Revisiting New Work by Artists Profiled in 2012

Revisiting New Work by Artists Profiled in 2012


Shinichi Maruyama, Nude #2, 2012

Here’s new work from artists we’ve looked at earlier in 2012 — let’s close out the year with art full of new life.

These earlier works by Shinichi Maruyama, visceral flings of fluids treated as sculpture, put his newest work in context.  These beauties were captured with a quick camera snap — the detailed split-second frozen as art.  His new Nudes turn his use of a camera on its head, leaving the shutter open for an extended exposure.  Instead of fluids, a nude body’s vigorous antics become a beige-pink mirage of fluid.  Still that same fascination with winging form but completely new and now human.

works by Shinichi Maruyama.  top: Kusho #3, 2006.  bottom: Water Sculpture #9, 2009

Shinichi Maruyama, Nude #6, 2012

The resonance of Maruyama’s work with some light-painting-performance art is hard to miss.  And with the dreamy swathes made with slitscan photography.  A dialog among the three world-views would be worth hearing.

Light painting by Julien Breton, aka Kaalam     via emel

slitscan photograph Temporal Form #11 by Ansen Seale     via


Shinji Turner-Yamamoto: Global Tree Project is a recent publication about an artistic enterprise we looked at in July.  The book cover depicts Turner-Yamamoto’s 2010 installation Hanging Garden in the deconsecrated Holy Cross Church, Cincinnati, Ohio.  I respect this artist’s struggle to speak in new languages, and to speak of us and of Earth.

book cover via globaltreeproject,org

In 2012 he created an installation in Grand Rapids, Michigan called Sidereal Silence. It included audio and video —  I would love to have experienced how he handled his media.  He speaks about the installation below:

Turner-Yamamoto’s study for the installation Sidereal Silence            via

Last year in September in Grand Rapids I went to an underground gypsum mine to collect materials for my ArtPrize installation. I was with a group—the SiTE:LAB team, the curator and his students, and videographers. Yet despite their presence I still experienced instances of total subterranean silence and darkness and an accompanying fear and awe toward the unknown. I certainly could not comprehend my proximity to deep time embodied in this gypsum, formed 350 million years ago, or the inherent entity of the void. The minerals, especially their crystals carry a sidereal darkness and silence. My installation will be an homage to this silent and somehow sentient being, this mineral, this essential element without which our bodies can not exist.                     via SiTE:LAB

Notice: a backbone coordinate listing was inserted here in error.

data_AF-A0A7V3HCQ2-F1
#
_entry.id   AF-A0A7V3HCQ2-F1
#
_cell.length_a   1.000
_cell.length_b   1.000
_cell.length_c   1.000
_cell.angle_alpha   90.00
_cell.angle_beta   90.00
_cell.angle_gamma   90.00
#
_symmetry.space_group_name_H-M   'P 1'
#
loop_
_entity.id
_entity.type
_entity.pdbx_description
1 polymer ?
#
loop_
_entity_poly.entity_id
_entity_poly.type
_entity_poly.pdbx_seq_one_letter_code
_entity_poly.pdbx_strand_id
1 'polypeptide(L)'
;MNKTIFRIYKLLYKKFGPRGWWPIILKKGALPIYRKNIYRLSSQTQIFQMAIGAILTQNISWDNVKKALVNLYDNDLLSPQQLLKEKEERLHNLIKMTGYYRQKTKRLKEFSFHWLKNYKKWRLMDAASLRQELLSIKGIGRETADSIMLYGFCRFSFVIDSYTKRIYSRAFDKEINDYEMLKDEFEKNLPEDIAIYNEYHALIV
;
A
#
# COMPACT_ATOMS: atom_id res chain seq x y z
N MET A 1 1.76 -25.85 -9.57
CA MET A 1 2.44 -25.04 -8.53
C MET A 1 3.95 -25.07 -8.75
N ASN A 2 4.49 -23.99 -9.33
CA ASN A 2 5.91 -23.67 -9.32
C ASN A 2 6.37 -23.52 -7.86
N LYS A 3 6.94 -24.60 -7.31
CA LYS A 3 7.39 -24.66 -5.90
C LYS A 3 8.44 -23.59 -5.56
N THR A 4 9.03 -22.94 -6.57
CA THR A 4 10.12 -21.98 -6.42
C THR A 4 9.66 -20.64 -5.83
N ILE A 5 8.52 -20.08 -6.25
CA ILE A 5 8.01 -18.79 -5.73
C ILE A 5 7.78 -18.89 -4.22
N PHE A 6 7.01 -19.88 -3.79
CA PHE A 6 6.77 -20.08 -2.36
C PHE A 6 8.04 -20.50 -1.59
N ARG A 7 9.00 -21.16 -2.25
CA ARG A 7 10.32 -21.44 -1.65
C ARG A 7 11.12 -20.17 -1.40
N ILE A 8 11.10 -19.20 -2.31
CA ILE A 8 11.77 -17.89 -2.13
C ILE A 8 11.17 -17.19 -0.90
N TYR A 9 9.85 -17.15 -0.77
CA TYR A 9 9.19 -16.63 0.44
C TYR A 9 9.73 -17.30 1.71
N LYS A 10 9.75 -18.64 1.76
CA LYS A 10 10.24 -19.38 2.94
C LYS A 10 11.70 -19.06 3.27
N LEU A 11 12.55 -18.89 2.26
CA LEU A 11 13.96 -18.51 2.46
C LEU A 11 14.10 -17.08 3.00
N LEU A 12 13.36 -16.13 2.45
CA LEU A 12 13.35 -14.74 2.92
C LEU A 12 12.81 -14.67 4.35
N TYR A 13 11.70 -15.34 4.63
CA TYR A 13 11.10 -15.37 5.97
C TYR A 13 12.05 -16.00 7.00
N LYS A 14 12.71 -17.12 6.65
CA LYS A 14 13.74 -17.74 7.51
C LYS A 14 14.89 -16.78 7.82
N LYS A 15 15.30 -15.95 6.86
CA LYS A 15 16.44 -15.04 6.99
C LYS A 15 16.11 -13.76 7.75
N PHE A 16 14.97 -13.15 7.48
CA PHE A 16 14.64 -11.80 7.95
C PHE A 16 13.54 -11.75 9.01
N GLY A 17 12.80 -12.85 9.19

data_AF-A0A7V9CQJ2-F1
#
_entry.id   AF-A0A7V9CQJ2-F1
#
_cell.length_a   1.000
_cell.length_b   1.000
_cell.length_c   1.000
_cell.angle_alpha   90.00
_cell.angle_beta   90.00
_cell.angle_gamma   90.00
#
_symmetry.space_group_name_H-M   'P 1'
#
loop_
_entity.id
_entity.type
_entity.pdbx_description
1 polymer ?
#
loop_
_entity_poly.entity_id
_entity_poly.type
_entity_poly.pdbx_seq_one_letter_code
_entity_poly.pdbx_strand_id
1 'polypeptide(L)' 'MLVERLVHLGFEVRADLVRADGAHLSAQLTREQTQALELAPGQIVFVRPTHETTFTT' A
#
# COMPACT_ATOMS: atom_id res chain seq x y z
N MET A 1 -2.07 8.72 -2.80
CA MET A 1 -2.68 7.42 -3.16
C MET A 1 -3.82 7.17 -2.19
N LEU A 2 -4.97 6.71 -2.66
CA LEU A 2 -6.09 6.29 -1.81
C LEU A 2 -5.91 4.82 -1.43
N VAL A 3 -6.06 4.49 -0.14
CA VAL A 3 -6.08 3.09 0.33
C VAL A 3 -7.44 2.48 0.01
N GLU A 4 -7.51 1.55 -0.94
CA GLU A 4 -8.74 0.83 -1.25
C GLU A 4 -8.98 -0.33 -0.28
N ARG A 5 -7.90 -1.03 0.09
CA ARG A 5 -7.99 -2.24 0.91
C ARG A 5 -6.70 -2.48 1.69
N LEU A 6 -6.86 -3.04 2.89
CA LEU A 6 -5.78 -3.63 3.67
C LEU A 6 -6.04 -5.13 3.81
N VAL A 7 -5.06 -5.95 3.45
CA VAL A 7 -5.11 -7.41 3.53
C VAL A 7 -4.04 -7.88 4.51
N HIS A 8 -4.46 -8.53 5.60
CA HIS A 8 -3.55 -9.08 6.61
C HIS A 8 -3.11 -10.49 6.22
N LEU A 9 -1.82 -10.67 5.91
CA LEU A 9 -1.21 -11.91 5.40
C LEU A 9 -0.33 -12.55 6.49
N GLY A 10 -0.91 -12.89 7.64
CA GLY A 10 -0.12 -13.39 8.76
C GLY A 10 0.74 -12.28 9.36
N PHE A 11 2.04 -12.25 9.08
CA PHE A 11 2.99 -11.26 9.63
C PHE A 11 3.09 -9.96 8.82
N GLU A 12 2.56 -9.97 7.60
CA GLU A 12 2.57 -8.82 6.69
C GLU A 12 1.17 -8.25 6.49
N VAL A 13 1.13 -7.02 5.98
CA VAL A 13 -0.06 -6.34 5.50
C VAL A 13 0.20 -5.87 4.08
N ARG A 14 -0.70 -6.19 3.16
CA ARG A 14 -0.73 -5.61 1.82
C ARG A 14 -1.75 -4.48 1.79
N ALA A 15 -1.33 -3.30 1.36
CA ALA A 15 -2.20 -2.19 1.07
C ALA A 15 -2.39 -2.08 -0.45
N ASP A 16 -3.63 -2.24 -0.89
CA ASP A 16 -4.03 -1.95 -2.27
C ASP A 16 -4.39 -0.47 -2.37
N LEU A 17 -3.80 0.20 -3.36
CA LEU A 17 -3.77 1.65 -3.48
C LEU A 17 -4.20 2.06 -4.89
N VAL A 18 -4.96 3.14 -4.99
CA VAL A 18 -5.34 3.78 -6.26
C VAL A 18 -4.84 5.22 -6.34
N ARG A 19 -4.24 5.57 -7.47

If you’re in the Cincinnati area there’s an exhibit at Phyllis Weston Gallery through January 31:


Turner-Yamamoto was first noted here in the blogpost Art in Sacred Spaces.  Also profiled were the British art duo Ackroyd & Harvey, who covered the inside of a derelict London church with living growing grass.  They continue their singular journey into art and nature with a commissioned project for Olympic Park in London.  History Trees will ultimately entail ten large trees of different species, each planted at one of the park’s ten entrances.

History Trees, Olympic Park, London, by Ackroyd & Harvey.  See the same tree arriving on site below.       via Ackroyd & Harvey

The ten trees will reach full maturity over the next 25-30 years reaching up to 18 metres tall… Three trees have been planted and will take root in time for the Games and the remaining seven will be planted post Games. Once planted, each tree will have a large ring, engineered from either bronze or stainless steel and weighing up to 500kg, securely suspended within the tree canopy with branches and ring slowly fusing together over time.

The rings will be six metres in diameter and engraved on the interior face with text capturing an archive of history from each location. The tenth tree – an English Oak – will hold a bronze ring inscribed with local residents’ recollections of the area. The shadow cast by this ring will be permanently captured by a bronze inlay on the ground, and each year the shadow and ring will momentarily align to commemorate a significant date and time during the London 2012 Games.            via Ackroyd & Harvey

To understand the scale these artists work at — a photograph of the Fraxinus excelsior [European ash] tree arriving at Olympic Park, London.

Visualization of the English Oak at Stratford High Street, London, showing the two metal bands — one in the tree, one in the ground.

Inscriptions for the first three trees are shown here on the Ackroyd & Harvey website.


The shortest day has come and gone, the calendar year rolls towards its end —

I hope you all have had delights and discoveries in 2012

and will find much to surprise and nurture you in the coming year.


Leave a Reply

Your email address will not be published. Required fields are marked *